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A team that is capable is able to achieve what they need to do efficiently. A team that is committed is dedicated to achieving the team’s goals.

To be successful, a team, and each member of the team, has to be both. Very often, as a consultant, I’ve worked with clients to make the distinction between capable and committed to enable them to determine the best approach to use with a team member who isn’t performing at an acceptable level.

Using the simple:

CAN DO (Capable)/CAN’T DO (Not Capable)

WILL DO (Committed)/WON’T DO (Not Committed)

model I ask the client to assess if the person CAN DO their job, meaning does he currently have the skills and knowledge that allows him to do is job efficiently. If he CAN’T DO the job, is it a situation where even with additional experience or training he would still be unable to perform at an acceptable level? If he CAN’T DO the job because he’s inexperienced or hasn’t had needed training, does the organization have the ability and capacity to assist him in gaining the needed experience or training or are both better served by replacing that employee?

If an employee WILL DO the job he’s been hired to do he’s made the commitment both to himself and to the organization. If an employee WON’T DO the job he’s been hired to do, it’s essential to understand why, particularly if this is due to a change in his performance.

Regardless of the employee’s role in the organization, the person who can most effectively influence an employee’s performance is his boss – regardless if his direct boss is a first line supervisor or the CEO.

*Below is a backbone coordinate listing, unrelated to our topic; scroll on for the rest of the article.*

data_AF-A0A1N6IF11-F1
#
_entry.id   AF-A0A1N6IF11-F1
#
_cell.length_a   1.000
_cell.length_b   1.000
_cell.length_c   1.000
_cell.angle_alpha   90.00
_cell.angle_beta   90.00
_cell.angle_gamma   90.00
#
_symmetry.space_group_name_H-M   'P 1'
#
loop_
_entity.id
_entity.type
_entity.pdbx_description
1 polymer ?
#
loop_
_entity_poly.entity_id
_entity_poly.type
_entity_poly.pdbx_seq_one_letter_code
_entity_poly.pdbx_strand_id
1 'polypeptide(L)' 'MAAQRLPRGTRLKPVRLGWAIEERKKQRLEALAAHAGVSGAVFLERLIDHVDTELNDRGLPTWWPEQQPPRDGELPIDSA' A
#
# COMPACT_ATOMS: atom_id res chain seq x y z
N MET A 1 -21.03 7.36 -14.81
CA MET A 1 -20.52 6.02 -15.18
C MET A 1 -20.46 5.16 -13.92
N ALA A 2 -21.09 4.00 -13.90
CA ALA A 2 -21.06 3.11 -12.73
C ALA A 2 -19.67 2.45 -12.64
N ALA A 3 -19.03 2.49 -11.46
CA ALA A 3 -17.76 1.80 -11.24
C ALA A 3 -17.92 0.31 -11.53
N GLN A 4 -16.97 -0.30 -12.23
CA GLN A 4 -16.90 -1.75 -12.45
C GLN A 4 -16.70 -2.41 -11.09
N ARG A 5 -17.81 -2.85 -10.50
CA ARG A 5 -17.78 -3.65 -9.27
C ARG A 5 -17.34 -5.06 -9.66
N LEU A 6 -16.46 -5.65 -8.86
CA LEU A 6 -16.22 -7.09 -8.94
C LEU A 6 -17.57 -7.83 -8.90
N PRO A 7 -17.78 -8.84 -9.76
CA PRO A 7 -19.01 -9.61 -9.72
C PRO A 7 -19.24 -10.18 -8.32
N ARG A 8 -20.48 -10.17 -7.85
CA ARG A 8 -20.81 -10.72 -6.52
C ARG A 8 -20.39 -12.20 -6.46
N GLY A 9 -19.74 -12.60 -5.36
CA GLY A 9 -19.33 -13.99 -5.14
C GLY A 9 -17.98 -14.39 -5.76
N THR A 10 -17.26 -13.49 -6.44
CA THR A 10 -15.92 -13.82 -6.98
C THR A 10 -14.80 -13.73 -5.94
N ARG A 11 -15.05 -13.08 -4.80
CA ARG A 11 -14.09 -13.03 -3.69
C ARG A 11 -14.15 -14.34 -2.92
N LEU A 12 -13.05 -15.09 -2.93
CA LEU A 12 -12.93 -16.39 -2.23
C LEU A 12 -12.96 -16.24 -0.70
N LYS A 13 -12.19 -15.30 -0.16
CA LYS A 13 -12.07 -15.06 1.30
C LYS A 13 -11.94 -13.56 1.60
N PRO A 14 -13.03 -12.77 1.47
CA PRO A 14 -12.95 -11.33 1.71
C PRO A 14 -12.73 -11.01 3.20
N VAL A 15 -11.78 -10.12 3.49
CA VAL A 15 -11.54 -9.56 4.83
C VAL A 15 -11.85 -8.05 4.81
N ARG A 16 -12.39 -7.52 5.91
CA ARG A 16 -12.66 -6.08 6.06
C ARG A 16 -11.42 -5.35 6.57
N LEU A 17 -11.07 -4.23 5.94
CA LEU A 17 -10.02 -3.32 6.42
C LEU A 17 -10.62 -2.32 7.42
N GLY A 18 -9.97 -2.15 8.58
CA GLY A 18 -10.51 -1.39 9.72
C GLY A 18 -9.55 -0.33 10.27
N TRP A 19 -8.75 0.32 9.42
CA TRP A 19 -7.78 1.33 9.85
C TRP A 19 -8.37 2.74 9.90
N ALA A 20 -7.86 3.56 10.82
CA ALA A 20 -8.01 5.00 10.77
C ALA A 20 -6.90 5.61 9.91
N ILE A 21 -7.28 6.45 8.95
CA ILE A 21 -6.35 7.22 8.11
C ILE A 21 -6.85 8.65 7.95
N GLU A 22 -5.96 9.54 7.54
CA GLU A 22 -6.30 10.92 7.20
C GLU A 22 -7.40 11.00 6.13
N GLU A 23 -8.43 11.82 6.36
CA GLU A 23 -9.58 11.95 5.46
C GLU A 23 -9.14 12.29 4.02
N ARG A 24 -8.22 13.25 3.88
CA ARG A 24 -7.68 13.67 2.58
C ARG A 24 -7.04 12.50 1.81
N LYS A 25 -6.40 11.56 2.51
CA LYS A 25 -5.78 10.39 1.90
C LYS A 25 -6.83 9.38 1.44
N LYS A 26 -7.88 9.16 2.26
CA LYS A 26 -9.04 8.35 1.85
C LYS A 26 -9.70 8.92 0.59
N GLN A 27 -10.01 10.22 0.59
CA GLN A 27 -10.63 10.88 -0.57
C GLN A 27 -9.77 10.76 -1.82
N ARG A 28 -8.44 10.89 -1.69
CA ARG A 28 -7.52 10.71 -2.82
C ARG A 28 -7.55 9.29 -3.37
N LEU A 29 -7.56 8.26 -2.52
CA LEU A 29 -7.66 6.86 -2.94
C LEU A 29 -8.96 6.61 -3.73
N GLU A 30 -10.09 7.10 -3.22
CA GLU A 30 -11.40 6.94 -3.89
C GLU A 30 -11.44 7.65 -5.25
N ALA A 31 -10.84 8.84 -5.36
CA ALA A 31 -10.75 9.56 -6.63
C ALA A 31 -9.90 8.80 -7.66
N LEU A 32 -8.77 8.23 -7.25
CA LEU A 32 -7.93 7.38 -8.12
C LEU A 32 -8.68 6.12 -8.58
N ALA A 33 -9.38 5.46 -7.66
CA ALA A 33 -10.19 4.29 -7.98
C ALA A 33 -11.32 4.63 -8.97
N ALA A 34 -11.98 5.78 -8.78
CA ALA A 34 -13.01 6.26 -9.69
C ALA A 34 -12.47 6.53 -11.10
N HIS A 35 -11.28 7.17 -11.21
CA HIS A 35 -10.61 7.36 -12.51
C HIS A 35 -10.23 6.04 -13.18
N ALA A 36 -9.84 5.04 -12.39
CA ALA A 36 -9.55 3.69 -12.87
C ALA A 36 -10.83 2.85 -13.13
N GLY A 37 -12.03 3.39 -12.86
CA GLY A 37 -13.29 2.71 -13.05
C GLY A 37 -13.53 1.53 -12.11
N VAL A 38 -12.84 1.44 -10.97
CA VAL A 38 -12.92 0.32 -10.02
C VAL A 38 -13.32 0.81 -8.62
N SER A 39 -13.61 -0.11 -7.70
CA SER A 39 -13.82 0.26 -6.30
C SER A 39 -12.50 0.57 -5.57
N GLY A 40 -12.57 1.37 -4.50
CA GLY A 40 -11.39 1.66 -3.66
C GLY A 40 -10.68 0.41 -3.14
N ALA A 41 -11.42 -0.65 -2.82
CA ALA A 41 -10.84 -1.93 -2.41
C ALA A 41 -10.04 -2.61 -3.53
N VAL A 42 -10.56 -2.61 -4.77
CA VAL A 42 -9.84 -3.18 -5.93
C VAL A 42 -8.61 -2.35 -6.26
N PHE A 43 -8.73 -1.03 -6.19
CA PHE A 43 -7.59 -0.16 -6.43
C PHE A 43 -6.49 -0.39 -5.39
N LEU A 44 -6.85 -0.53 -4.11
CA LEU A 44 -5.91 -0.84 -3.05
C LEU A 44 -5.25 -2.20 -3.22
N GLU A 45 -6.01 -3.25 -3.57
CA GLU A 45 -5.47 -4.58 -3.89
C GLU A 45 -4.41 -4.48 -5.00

I’ve often heard it said, “People don’t work for companies, people work for people.”   Insuring manager’s at all levels encourage and reward employees who CAN DO (are capable) and WILL DO (are committed) their jobs and address issues when employees CAN’T DO (are not capable) or WON’T DO (are not willing) is essential.

Most of us have worked in at least one organization or for a boss who either spent all her time addressing the issues of those who were not capable nor committed and spent little energy on the employees who were both, or, ignored the issues of the non-performers and non-committed, and moved their work to those who were capable and committed.

Leveraging that experience to understand the importance of addressing those issues consistently and fairly so we can retain those who are capable and competent is an important tool for your Executive Toolbox.